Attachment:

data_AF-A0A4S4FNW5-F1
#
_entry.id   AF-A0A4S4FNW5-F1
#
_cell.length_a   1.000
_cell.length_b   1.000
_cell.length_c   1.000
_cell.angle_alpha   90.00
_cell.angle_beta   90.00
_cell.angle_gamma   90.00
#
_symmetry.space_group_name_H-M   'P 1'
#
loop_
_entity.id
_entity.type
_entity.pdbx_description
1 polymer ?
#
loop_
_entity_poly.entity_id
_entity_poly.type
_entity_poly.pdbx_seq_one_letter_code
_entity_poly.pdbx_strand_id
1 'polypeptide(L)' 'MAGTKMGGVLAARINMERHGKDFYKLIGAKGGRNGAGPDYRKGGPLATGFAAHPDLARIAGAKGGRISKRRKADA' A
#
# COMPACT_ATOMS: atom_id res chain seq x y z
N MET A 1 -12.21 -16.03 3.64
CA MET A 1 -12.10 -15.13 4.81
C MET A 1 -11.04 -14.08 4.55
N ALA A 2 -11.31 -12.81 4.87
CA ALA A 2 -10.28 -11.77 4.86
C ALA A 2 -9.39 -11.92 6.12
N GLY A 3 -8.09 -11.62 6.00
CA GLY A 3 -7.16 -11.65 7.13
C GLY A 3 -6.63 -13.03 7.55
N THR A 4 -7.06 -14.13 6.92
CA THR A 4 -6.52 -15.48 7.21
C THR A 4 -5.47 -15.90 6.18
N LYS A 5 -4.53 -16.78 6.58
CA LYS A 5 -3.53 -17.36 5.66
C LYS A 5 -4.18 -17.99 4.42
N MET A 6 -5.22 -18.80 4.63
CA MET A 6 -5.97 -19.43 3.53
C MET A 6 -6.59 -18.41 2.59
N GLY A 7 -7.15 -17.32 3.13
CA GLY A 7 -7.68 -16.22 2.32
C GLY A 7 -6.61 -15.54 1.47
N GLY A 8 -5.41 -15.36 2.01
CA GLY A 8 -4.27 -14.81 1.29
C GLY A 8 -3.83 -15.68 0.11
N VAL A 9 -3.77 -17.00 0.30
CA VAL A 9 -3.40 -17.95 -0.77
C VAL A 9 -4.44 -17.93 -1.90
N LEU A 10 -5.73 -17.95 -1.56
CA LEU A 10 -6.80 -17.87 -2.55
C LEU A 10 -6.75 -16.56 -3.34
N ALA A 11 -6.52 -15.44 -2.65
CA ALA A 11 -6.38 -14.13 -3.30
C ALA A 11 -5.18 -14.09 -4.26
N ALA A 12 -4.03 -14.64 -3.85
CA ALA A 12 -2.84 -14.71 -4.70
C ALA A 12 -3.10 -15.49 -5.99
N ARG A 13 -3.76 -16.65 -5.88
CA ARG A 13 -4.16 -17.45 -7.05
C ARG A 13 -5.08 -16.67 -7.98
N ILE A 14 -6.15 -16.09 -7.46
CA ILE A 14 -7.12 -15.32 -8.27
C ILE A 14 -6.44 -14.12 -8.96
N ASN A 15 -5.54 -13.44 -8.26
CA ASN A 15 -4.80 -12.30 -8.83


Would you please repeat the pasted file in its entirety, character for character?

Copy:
data_AF-A0A4S4FNW5-F1
#
_entry.id   AF-A0A4S4FNW5-F1
#
_cell.length_a   1.000
_cell.length_b   1.000
_cell.length_c   1.000
_cell.angle_alpha   90.00
_cell.angle_beta   90.00
_cell.angle_gamma   90.00
#
_symmetry.space_group_name_H-M   'P 1'
#
loop_
_entity.id
_entity.type
_entity.pdbx_description
1 polymer ?
#
loop_
_entity_poly.entity_id
_entity_poly.type
_entity_poly.pdbx_seq_one_letter_code
_entity_poly.pdbx_strand_id
1 'polypeptide(L)' 'MAGTKMGGVLAARINMERHGKDFYKLIGAKGGRNGAGPDYRKGGPLATGFAAHPDLARIAGAKGGRISKRRKADA' A
#
# COMPACT_ATOMS: atom_id res chain seq x y z
N MET A 1 -12.21 -16.03 3.64
CA MET A 1 -12.10 -15.13 4.81
C MET A 1 -11.04 -14.08 4.55
N ALA A 2 -11.31 -12.81 4.87
CA ALA A 2 -10.28 -11.77 4.86
C ALA A 2 -9.39 -11.92 6.12
N GLY A 3 -8.09 -11.62 6.00
CA GLY A 3 -7.16 -11.65 7.13
C GLY A 3 -6.63 -13.03 7.55
N THR A 4 -7.06 -14.13 6.92
CA THR A 4 -6.52 -15.48 7.21
C THR A 4 -5.47 -15.90 6.18
N LYS A 5 -4.53 -16.78 6.58
CA LYS A 5 -3.53 -17.36 5.66
C LYS A 5 -4.18 -17.99 4.42
N MET A 6 -5.22 -18.80 4.63
CA MET A 6 -5.97 -19.43 3.53
C MET A 6 -6.59 -18.41 2.59
N GLY A 7 -7.15 -17.32 3.13
CA GLY A 7 -7.68 -16.22 2.32
C GLY A 7 -6.61 -15.54 1.47
N GLY A 8 -5.41 -15.36 2.01
CA GLY A 8 -4.27 -14.81 1.29
C GLY A 8 -3.83 -15.68 0.11
N VAL A 9 -3.77 -17.00 0.30
CA VAL A 9 -3.40 -17.95 -0.77
C VAL A 9 -4.44 -17.93 -1.90
N LEU A 10 -5.73 -17.95 -1.56
CA LEU A 10 -6.80 -17.87 -2.55
C LEU A 10 -6.75 -16.56 -3.34
N ALA A 11 -6.52 -15.44 -2.65
CA ALA A 11 -6.38 -14.13 -3.30
C ALA A 11 -5.18 -14.09 -4.26
N ALA A 12 -4.03 -14.64 -3.85
CA ALA A 12 -2.84 -14.71 -4.70
C ALA A 12 -3.10 -15.49 -5.99
N ARG A 13 -3.76 -16.65 -5.88
CA ARG A 13 -4.16 -17.45 -7.05
C ARG A 13 -5.08 -16.67 -7.98
N ILE A 14 -6.15 -16.09 -7.46
CA ILE A 14 -7.12 -15.32 -8.27
C ILE A 14 -6.44 -14.12 -8.96
N ASN A 15 -5.54 -13.44 -8.26
CA ASN A 15 -4.80 -12.30 -8.83